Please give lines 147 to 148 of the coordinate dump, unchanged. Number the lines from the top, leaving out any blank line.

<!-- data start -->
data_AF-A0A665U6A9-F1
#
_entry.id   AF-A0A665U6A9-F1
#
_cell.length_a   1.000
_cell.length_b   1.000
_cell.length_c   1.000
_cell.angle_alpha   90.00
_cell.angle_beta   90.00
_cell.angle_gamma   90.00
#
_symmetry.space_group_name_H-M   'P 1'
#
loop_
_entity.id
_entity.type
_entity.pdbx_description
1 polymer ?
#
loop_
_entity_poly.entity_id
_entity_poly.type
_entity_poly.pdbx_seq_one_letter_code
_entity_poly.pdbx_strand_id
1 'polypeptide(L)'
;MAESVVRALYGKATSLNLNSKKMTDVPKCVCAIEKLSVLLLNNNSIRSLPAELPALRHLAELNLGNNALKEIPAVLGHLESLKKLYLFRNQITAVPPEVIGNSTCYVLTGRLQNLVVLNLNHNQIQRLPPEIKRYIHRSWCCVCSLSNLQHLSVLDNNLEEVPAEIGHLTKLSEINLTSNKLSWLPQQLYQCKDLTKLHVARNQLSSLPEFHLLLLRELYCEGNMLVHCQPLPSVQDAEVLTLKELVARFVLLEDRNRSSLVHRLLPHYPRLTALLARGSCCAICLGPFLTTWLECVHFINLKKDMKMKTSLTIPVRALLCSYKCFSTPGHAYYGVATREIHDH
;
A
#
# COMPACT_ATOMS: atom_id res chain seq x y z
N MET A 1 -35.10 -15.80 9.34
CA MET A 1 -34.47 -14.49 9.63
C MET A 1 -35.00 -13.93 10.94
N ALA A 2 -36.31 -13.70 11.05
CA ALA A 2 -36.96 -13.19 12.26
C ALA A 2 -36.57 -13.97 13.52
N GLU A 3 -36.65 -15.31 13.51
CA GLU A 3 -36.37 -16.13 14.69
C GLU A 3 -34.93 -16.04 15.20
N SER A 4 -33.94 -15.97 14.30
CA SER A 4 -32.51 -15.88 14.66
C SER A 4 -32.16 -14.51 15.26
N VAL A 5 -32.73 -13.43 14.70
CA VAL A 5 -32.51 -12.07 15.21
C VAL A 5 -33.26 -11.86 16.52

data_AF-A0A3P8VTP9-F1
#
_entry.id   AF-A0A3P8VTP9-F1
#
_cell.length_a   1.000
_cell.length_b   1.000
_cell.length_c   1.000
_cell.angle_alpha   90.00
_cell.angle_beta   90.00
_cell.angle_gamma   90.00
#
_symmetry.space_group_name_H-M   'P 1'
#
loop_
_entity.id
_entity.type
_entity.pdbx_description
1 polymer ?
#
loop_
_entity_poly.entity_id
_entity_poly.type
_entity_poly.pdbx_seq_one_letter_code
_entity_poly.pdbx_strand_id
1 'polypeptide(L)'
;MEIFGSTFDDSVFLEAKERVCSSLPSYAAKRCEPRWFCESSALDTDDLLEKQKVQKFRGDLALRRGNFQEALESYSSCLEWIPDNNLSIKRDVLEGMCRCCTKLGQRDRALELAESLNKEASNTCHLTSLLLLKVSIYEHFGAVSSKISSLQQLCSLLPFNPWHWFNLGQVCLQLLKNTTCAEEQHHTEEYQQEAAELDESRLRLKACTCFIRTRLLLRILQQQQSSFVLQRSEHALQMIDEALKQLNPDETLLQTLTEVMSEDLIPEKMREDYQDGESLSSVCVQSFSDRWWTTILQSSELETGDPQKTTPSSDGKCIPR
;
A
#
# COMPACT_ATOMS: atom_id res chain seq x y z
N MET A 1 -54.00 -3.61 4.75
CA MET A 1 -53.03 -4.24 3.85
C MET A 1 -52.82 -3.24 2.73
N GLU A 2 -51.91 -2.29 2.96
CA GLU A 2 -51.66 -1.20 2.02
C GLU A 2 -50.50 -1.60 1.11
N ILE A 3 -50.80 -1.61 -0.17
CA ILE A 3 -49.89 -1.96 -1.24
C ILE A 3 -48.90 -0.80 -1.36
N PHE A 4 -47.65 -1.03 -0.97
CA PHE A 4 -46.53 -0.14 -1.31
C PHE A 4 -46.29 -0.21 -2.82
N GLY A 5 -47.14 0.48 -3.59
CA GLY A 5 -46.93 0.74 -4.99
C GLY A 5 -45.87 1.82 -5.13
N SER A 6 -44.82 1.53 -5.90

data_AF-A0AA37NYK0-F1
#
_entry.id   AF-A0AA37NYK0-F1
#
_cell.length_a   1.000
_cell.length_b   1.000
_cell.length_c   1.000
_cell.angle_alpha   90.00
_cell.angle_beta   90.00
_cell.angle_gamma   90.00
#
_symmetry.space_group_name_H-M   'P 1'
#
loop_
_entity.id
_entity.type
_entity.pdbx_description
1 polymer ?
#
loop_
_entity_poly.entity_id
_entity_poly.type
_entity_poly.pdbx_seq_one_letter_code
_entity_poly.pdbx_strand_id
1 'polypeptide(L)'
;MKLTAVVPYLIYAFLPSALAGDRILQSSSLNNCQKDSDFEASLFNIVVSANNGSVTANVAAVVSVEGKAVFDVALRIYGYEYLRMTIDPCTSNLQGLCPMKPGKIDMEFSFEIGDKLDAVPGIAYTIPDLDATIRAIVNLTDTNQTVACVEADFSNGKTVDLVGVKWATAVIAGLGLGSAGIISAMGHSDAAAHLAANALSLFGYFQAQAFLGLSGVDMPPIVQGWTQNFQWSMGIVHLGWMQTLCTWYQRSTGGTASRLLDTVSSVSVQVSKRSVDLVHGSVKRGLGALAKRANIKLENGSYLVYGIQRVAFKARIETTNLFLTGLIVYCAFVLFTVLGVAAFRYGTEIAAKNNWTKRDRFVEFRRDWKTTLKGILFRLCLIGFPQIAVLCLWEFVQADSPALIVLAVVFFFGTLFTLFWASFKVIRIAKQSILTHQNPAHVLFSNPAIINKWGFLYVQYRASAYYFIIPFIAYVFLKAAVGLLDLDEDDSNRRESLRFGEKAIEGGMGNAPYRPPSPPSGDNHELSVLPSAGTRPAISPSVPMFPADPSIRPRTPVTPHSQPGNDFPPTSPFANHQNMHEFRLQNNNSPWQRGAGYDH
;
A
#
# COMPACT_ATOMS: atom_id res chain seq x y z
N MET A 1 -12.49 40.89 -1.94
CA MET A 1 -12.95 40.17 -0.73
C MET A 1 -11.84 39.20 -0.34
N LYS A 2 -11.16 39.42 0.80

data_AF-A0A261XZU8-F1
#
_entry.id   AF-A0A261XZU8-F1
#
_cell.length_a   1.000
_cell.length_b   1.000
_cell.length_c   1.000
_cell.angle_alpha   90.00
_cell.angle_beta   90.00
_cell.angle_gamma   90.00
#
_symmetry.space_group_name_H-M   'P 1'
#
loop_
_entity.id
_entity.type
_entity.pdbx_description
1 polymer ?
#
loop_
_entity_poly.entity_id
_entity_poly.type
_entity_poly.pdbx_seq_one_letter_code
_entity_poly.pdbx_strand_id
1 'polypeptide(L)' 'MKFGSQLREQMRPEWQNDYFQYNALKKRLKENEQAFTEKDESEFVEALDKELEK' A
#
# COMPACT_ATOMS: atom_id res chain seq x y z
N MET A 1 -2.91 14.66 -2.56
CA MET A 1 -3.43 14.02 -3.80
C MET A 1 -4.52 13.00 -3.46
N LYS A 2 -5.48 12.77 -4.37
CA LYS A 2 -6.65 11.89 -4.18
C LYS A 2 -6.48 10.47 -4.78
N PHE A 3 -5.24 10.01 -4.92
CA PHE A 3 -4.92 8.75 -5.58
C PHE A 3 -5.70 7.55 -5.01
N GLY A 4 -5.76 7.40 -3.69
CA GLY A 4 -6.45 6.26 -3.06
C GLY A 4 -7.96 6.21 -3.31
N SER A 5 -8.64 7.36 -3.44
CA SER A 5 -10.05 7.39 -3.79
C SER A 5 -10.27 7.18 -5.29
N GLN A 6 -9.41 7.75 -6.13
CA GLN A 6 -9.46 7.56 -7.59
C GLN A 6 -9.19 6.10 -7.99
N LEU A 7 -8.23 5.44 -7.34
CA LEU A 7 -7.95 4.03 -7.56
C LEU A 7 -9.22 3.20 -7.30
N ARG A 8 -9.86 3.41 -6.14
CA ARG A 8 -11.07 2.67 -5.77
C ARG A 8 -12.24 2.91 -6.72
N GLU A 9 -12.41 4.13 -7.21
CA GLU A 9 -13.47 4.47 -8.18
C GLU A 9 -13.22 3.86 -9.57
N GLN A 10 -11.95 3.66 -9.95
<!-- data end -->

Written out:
_entity_poly.type
_entity_poly.pdbx_seq_one_letter_code